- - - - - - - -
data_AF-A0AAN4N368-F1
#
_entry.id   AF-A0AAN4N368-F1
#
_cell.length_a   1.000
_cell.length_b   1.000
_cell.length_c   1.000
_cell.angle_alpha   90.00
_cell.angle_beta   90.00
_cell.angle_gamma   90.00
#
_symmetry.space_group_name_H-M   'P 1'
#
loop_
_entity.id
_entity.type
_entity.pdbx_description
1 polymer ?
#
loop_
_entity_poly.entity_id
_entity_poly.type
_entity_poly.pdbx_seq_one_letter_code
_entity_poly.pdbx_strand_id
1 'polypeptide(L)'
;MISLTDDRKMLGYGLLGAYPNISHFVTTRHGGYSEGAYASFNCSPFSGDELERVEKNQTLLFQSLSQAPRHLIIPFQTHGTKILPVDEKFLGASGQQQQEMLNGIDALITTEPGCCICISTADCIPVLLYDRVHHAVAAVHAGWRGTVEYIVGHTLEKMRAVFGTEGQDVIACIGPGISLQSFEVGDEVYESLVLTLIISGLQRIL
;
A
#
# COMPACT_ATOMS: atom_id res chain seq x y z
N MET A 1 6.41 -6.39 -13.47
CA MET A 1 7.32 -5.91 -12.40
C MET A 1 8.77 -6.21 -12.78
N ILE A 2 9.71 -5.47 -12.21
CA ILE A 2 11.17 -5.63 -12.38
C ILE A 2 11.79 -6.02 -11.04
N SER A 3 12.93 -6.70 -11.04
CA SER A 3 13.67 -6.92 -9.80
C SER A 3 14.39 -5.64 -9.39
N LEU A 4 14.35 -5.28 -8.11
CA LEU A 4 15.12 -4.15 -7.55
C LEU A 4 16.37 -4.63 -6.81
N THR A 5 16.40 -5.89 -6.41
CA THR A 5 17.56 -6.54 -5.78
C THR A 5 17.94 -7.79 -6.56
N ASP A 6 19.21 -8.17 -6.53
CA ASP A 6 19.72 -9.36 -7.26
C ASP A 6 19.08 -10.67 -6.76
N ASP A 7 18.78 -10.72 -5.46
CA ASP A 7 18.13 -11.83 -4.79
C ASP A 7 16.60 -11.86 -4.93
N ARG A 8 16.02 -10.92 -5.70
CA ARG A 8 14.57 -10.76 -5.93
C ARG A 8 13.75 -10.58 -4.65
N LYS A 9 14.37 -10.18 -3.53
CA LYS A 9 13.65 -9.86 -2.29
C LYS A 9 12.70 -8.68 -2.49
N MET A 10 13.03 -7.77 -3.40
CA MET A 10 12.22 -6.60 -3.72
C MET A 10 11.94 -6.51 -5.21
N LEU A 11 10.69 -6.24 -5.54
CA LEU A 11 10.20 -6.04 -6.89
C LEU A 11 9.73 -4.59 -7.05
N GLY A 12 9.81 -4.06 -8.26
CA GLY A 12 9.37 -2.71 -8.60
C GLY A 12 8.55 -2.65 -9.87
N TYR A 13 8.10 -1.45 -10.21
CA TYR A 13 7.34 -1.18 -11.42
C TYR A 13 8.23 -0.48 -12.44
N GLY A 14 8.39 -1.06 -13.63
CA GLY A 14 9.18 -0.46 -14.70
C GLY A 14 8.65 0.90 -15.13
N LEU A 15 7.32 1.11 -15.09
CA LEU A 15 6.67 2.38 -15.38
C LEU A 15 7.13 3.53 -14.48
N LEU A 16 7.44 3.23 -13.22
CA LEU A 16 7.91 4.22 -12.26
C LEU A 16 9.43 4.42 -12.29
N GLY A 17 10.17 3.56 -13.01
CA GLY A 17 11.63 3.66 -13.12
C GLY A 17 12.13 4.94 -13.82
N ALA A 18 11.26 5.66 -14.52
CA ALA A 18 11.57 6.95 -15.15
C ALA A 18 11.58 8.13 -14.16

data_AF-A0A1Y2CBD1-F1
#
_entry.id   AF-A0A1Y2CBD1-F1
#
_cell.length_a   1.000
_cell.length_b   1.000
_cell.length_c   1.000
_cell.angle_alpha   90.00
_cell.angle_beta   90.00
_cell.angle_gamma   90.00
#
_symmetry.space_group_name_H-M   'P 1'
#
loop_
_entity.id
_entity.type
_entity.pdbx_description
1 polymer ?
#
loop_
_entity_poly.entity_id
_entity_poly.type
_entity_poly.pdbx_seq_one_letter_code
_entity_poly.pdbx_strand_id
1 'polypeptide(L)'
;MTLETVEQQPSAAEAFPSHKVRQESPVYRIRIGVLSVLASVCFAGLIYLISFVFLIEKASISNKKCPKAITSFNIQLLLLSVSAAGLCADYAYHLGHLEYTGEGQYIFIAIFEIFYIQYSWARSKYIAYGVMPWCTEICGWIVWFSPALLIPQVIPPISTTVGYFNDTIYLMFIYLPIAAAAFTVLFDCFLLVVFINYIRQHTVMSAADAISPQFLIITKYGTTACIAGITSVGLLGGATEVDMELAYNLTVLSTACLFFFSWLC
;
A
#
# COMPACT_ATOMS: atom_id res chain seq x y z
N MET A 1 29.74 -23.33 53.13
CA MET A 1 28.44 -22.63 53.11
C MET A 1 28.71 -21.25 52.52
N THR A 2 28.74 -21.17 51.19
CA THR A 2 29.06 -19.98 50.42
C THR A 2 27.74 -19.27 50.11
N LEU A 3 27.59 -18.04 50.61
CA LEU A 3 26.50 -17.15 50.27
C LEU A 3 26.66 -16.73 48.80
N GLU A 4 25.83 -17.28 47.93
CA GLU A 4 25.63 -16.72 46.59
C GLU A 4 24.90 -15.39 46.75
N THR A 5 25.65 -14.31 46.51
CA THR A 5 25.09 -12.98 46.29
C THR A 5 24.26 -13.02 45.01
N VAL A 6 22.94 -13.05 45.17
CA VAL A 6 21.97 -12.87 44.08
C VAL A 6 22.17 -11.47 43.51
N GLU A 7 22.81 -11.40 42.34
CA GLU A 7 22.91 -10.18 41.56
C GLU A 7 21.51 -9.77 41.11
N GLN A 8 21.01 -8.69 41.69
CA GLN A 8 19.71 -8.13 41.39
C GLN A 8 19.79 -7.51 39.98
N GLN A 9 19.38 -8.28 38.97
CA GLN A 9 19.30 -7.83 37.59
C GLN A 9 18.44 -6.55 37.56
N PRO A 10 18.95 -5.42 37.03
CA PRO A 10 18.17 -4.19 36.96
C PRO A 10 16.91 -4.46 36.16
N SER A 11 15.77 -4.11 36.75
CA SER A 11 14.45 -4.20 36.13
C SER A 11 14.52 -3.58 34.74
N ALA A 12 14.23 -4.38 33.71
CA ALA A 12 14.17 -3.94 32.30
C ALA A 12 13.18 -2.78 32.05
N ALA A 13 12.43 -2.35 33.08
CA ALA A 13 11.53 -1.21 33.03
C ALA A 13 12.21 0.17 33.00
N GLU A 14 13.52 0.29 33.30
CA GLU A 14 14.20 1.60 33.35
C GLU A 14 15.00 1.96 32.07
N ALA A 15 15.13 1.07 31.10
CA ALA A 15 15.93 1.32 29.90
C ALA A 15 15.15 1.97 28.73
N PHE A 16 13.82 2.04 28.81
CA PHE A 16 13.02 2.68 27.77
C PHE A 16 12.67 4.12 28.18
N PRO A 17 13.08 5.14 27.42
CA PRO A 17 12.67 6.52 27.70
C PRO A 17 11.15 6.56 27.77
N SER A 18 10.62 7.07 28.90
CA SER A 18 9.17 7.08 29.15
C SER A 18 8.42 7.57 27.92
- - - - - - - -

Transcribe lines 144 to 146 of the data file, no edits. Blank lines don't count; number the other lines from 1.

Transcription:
C PRO A 10 16.91 -4.46 36.16
N SER A 11 15.77 -4.11 36.75
CA SER A 11 14.45 -4.20 36.13